Can’t really fathom what makes me particularly fond of this record. Perhaps it’s the French language and its Quebecois accent. But, well, I’m afraid I’m not that prodigal in it, nor would I ever be able to spot the differences. I’m linguistically tone-deaf. Can it be the moody synthesizer, that icy stalactite-like upbeat, pinching, twiddling and exposing my imperfections like a truth-telling drug? Or the spooky Manuelle Gauthier‘s vocal intonations, a bloodied ghost from a now-defunct tavern, scaring all the former attendees with little clues about how they’re going to die from consumption? I don’t know. It works.
Ann Margaret Hogan – “Honeysuckle Burials”
[Downwards Փ Classical – Piano]
Such a great album this is. Piano-only works (well, for the sake of accuracy, I shall say that this one includes some field-recording fragmentations) sometimes can be somehow off-putting to my ears. I tend to repel things that are too beautiful, too nice, too pristine, even when they deliberately present themselves like petit couriers of sadness. But “Anno” manages to be beautiful the right away and that’s some rare feat. There are no emotional exacerbations, no hyperboles, no shallow crescendos (fucking post-rock bands, always with that shitty shit). These eight pieces are honest confessions from a woman who has lots to tell but prefers to let the piano take the stage, not words. But nothing gets lost in that brain-fingers translative motion. And “Earth” is a stunning closer.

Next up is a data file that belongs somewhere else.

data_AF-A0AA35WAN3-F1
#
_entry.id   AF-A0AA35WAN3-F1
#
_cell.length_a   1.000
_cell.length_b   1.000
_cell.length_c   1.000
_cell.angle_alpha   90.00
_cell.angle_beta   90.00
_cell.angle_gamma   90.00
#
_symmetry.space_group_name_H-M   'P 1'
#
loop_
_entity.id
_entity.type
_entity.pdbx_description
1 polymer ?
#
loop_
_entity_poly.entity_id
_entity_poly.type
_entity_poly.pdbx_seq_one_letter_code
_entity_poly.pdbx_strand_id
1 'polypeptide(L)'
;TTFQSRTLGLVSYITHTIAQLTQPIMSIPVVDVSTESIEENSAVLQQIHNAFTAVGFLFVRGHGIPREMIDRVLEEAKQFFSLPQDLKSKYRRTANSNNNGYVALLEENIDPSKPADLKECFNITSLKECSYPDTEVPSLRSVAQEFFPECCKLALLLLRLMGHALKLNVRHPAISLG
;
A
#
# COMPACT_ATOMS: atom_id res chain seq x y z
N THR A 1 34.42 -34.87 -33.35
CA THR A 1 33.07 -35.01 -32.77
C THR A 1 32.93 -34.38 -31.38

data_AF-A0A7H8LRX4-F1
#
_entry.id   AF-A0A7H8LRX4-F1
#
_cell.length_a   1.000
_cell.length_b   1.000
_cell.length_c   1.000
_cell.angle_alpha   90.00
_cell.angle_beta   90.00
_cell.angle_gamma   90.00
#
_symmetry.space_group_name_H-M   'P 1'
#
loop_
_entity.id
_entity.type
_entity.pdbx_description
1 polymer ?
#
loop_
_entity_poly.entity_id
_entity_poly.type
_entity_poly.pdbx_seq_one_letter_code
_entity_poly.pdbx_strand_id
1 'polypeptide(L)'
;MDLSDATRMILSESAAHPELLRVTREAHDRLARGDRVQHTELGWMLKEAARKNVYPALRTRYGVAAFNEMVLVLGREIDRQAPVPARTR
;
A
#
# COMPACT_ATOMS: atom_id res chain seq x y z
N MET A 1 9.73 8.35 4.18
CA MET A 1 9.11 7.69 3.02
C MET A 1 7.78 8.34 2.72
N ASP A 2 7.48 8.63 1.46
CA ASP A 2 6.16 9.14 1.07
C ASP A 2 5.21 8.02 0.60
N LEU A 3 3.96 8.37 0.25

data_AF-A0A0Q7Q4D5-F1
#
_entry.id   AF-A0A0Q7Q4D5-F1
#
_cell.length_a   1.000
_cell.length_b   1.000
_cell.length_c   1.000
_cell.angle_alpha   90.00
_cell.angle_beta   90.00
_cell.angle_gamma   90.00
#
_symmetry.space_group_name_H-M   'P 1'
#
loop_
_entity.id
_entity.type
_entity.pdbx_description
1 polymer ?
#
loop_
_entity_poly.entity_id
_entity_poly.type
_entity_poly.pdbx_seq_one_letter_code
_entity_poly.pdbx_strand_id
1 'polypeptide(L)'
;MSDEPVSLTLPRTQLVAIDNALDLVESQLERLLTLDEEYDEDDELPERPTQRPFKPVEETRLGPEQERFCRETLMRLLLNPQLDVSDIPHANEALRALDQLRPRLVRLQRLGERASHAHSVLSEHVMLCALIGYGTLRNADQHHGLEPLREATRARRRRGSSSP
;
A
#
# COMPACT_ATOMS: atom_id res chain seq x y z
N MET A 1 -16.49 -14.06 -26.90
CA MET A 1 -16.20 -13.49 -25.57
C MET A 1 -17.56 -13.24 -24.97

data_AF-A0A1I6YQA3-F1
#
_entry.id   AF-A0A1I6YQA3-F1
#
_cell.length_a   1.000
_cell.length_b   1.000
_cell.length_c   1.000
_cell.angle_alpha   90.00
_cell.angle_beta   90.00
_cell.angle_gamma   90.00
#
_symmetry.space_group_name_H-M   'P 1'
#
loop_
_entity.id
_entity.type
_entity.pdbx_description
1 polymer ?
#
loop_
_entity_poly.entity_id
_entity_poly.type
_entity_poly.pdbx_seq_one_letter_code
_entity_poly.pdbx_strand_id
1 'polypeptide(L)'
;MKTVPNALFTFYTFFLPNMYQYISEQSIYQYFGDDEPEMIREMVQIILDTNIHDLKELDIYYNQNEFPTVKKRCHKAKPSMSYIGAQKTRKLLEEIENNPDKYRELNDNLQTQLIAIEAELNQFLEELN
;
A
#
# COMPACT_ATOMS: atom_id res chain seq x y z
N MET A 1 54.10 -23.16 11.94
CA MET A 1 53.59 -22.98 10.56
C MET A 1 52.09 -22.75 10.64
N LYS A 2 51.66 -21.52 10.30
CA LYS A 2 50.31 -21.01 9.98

pantea – “everydaymeal”
[Czaszka Փ Field Recording – Experimental]
Most of the times, this is pretty much like a sound-morphed bird-watching exercise, i.e., the perfect fit for this book I’m looking forward to reading. Others, non-linearity emerges, with tiny bits of noisy driftwood capsizing our vestibular systems, as we experience several rounds of amplified throbbing impulses from a post-human robotic bughouse. Accept the challenge and unscrew yourself from your hammocks of reality.
False Brother – “Uncanny Valley”
[Iron Lung Records Փ Post-Punk]